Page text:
Shelf Awareness for Monday, September 10, 2007

Tor Books: Warrior of the Altaii by Robert Jordan

Flatiron Books: The Guest Book by Sarah Blake

University of California Press: Creativity and Copyright: Legal Essentials for Screenwriters and Creative Artists by John L. Geiger and Howard Suber

Tu Books: The Magnolia Sword: A Ballad of Mulan by Sherry Thomas

DC Ink: Teen Titans: Raven by Kami Garcia, illustrated by Gabriel Picolo


Notes: Suit Over Prison Material; Booksellers' Fall Favorites

A lawsuit objecting to new federal Bureau of Prisons guidelines limiting religious books and materials available to prisoners in chapel libraries has been taken on on a pro bono basis by a major New York City law firm and refiled in federal district court in the Southern District of New York, according to the New York Times.

The policy was enacted because of fears of terrorist recruiting, but in some prisons, "chaplains have recently dismantled libraries that had thousands of texts collected over decades, bought by the prisons, or donated by churches and religious groups," the Times wrote.

Mark Earley, president of Prison Fellowship, a Christian group, called the effort like "swatting a fly with a sledgehammer. There's no need to get rid of literally hundreds of thousands of books that are fine simply because you have a problem with an isolated book or piece of literature that presents extremism."

Several observers said that the approved list of titles was adequate in some areas but had "glaring omissions."


Carole Horne, general manager of the Harvard Book Store, Cambridge, Mass., told the Christian Science Monitor that she anticipates "a spectacular fall" for new releases, calling it "one of the best that I've seen." Horne's autumn must-read list is topped by Richard Russo's Bridge of Sighs. "I thought Empire Falls was the peak of his career," she said. "But this is as good, if not better."

Daniel Goldin, senior buyer at Harry W. Schwartz Bookshops, Milwaukee, Wis., told the paper that he "braces himself for a slew of imitators, be they dog memoirs or Da Vinci Code-breakers. 'There's 17 books that look like The Kite Runner.' " He predicted that this season's Freakonomics will be Richard Wiseman's Quirkology: How We Discover the Big Truths in Small Things. (In quirky timing, see Book Sense's May We Recommend below for more by Mr. Goldin on Quirkology! Also, Shelf Awareness reviewed the title in Friday's issue.)


At a time of wild gyrations on Wall Street, top executives at publicly held companies bought their own stock "at a record pace" last month, according to an AP story based on analysis by and Thomson Financial. Among insiders cited: Barnes & Noble chairman Len Riggio, who bought 100,000 shares of B&N stock, "his first purchase in two years."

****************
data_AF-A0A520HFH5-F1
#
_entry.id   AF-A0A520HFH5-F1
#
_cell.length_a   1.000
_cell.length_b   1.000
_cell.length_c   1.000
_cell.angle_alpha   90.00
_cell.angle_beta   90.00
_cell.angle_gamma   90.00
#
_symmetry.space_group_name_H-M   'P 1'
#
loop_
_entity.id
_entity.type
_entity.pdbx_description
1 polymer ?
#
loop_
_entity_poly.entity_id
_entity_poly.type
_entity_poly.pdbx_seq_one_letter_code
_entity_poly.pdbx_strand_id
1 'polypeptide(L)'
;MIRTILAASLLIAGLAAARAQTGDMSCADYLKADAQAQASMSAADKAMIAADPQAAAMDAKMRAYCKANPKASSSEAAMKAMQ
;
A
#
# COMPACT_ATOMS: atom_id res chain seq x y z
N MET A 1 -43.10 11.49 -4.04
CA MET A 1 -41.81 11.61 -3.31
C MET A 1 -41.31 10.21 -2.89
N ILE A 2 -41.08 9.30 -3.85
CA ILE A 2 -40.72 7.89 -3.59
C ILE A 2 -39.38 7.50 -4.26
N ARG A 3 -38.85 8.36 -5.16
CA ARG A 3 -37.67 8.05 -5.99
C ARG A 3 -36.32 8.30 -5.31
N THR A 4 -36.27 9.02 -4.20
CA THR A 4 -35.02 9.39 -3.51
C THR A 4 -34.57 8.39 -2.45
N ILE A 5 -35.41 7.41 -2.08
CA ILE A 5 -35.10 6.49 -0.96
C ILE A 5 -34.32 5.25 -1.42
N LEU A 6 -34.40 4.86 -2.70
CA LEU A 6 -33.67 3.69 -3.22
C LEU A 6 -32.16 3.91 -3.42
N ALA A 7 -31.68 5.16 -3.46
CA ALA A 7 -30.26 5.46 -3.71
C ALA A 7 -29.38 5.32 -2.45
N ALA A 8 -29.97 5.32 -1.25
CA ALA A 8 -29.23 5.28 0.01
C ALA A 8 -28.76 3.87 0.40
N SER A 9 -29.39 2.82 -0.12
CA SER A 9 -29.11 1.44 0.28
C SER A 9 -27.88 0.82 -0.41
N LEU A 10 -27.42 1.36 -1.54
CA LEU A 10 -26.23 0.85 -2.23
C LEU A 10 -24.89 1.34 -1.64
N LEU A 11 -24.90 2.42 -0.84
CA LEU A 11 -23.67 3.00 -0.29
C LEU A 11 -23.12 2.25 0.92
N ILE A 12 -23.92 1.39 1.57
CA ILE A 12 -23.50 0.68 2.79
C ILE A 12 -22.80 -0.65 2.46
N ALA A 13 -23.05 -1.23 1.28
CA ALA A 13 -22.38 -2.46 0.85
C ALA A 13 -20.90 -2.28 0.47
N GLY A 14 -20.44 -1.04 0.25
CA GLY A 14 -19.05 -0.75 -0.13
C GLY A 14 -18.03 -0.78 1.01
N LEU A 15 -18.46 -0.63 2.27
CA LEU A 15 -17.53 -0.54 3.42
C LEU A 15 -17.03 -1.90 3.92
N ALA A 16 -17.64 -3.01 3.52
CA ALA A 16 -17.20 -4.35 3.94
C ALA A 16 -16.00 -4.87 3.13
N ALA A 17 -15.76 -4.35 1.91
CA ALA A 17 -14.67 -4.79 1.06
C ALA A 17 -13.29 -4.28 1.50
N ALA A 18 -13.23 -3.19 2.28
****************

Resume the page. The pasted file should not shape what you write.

Amazon's venture into the digital delivery of books and other products "seems halfhearted," Business Week suggested. "There's a reason why Amazon hasn't done much to sell books, movies, or music in digital form, even after acquiring Paris-based Mobipocket in 2005 and unveiling its internally built Unbox movie-download service in 2006. The economics just don't add up."  


Elsevier is experimenting with posting some of its very expensive journals online for free, hoping to make up for the subscription shortfall via advertising and selling user lists, the New York Times reported in a story available for free online (registration sometimes required). The first attempt is with, a site that gives doctors free access in exchange for registering and submitting personal information. Elsevier hopes to sign up 150,000 users in the next year.

Elsevier's medical and scientific journal business is profitable but revenue is flat and online readership is growing faster than print subscriptions.


O'Reilly Radar looked into a summer Nielsen Bookscan spike in computer book sales, "breaking out of a 40-plus week slump, in which every week's sales were below the corresponding week for the previous year." What caused the welcome and unanticipated surge?

According to a report from Mike Leonard, O'Reilly's retail sales manager, "The August Computer Section sale at Barnes & Noble, as far as O'Reilly and client publishers are concerned, was a success. Total additional sales . . .  [showed] approximately . . . a 20% increase over the previous period. This is the first time B&N has ever done a category wide promotion, and the hope was that it would . . . get the category close to being back on track for budgeted sales."


"Independents--the ones that have survived--are really learning to adapt," Kelly Barth, one of three new owners of the Raven Bookstore, Lawrence, Kan., told the Lawrence Journal-World. "You just have to be far more clever than you used to be." Barth, Lee Henry and Nora Kaschube "hope to take possession of the business on the eve of its 20th anniversary celebration. Founders and current owners Pat Kehde and Mary Lou Wright will join [the new owners] for a party from 4 p.m. to 7 p.m. Saturday."


The Huntington, W.Va., Herald-Dispatch profiled Sara Loftus, owner of the Bookworm's Attic, which opened last May in Huntington.


Betsy Burton, co-owner of the King's English Bookshop, Salt Lake City, Utah, told the Deseret Morning News that she "worries less than she did in the '90s about competition from the big chains, and she is pleased that a number of political officials have discovered that a local business feeds the economy so much more than a chain store. 'I think eventually it will just be us (independent bookstores) and the Internet.'"

The paper wrote that "Burton's philosophy is that her employees should all be both passionate and knowledgeable about books. 'People who read know so much! Book-loving people are, above all, curious. They have imagination. The most important thing we can do is match books to people. So we like to talk about books with customers, and they like to talk to us.'"